May 30, 2021 - Technology

Air Force tries virtual reality to prevent sexual assault, suicide

Air Force jets
Thunderbirds fly past Pikes Peak as they perform at the conclusion of the United States Air Force Academy graduation ceremony on May 26 in Colorado Springs. Photo: RJ Sangosti/MediaNews Group/The Denver Post via Getty Images

The Air Force is implementing virtual reality technology in an attempt to curb sexual assault and suicide, the New York Times reports.

Why it matters: The virtual reality program comes after years of the Air Force implementing various forms of prevention training, all of which have been unable to lower the reports of suicide and sexual assault, which have been on the rise in recent years.

  • Between 2014 and 2019, the suicide rate for active-duty troops rose from 20.4 to 25.9 suicides per 100,000, according to Pentagon data.
  • There were 7,825 reports of sexual assault in 2019 involving service members as victims, according to the New York Times.

The big picture: Of the 1,000 Air Force personnel who have participated in the training, 97 percent say they would recommend it, the Times reports.

  • In an attempt to increase intervention by bystanders, the virtual reality program places airmen in related scenarios with photo-realistic actors and coaching on which responses would be constructive and which may not.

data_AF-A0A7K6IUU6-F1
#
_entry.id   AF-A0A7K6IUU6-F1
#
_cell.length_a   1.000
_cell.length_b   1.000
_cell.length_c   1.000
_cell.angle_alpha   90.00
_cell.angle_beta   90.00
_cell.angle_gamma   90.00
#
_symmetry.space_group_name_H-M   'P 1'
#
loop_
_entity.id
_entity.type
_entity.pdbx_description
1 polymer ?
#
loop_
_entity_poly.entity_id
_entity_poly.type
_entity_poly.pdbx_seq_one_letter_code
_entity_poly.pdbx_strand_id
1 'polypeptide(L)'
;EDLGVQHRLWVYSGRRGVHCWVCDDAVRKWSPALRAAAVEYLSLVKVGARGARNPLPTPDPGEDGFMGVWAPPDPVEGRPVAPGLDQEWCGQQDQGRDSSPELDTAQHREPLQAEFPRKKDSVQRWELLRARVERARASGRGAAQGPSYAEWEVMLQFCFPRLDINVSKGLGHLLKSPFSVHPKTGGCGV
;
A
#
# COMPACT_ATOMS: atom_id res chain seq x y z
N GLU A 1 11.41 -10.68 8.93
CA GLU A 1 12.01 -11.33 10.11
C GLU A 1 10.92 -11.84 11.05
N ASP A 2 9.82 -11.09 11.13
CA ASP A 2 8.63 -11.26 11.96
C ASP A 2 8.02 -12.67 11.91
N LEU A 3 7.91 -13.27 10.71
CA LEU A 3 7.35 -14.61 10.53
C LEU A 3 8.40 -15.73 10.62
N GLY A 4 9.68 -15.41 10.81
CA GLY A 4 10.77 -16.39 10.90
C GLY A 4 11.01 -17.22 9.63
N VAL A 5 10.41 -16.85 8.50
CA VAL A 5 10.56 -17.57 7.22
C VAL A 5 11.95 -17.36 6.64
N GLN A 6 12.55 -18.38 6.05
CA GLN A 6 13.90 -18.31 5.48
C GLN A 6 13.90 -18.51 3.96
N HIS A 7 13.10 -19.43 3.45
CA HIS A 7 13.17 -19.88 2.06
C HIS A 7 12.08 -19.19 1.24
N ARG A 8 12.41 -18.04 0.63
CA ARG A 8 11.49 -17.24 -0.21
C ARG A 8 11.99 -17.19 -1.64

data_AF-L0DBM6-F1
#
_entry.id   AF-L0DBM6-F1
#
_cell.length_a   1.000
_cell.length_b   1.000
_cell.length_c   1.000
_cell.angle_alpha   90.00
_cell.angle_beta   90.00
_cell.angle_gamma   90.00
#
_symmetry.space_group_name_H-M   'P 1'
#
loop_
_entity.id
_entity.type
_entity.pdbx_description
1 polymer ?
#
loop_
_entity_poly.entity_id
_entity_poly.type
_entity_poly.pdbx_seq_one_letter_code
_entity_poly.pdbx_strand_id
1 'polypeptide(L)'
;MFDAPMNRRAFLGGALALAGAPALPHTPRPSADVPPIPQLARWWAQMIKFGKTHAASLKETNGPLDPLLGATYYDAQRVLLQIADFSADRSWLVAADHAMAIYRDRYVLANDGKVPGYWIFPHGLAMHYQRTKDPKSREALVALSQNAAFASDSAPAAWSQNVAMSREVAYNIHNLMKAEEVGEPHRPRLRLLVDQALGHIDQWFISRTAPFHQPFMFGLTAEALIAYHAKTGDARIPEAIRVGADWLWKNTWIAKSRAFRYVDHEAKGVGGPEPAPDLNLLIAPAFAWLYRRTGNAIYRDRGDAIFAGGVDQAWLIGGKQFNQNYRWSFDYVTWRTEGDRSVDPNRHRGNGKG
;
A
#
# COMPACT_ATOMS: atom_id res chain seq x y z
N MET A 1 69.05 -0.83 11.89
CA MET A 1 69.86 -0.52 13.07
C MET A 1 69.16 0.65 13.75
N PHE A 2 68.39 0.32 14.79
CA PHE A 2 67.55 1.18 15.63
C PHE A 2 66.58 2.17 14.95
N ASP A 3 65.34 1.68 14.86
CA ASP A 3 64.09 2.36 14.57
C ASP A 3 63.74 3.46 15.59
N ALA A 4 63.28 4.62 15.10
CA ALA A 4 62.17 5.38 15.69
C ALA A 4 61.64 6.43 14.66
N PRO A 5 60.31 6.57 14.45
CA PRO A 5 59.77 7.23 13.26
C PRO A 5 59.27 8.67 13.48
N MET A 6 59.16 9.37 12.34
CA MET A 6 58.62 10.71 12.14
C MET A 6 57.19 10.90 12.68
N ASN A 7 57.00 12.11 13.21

• "It was better than sitting through a briefing and waiting to sign off on a roster. Some of the responses I wouldn’t have thought to say, like, 'Have you thought about suicide? Do you have a gun?'" Annette Hartman, a senior airman who participated in the program, told the Times.

What they're saying: "Virtual reality training puts the user in a scenario, not in a classroom where you are zoning out and on your cellphone," said Carmen Schott, the sexual assault prevention and response program manager for the Air Force’s Air Mobility Command.

  • "You are an active participant. You have to be ready. I think that it is going to help airmen retain and remember knowledge," he added, telling the Times: "We don’t want people to feel judged. They may not make perfect decisions, but they will learn skills."

If you or someone you know may be considering suicide, contact the National Suicide Prevention Lifeline at 1-800-273-8255 (En Español: 1-888-628-9454; Deaf and Hard of Hearing: 1-800-799-4889) or the Crisis Text Line by texting HOME to 741741.

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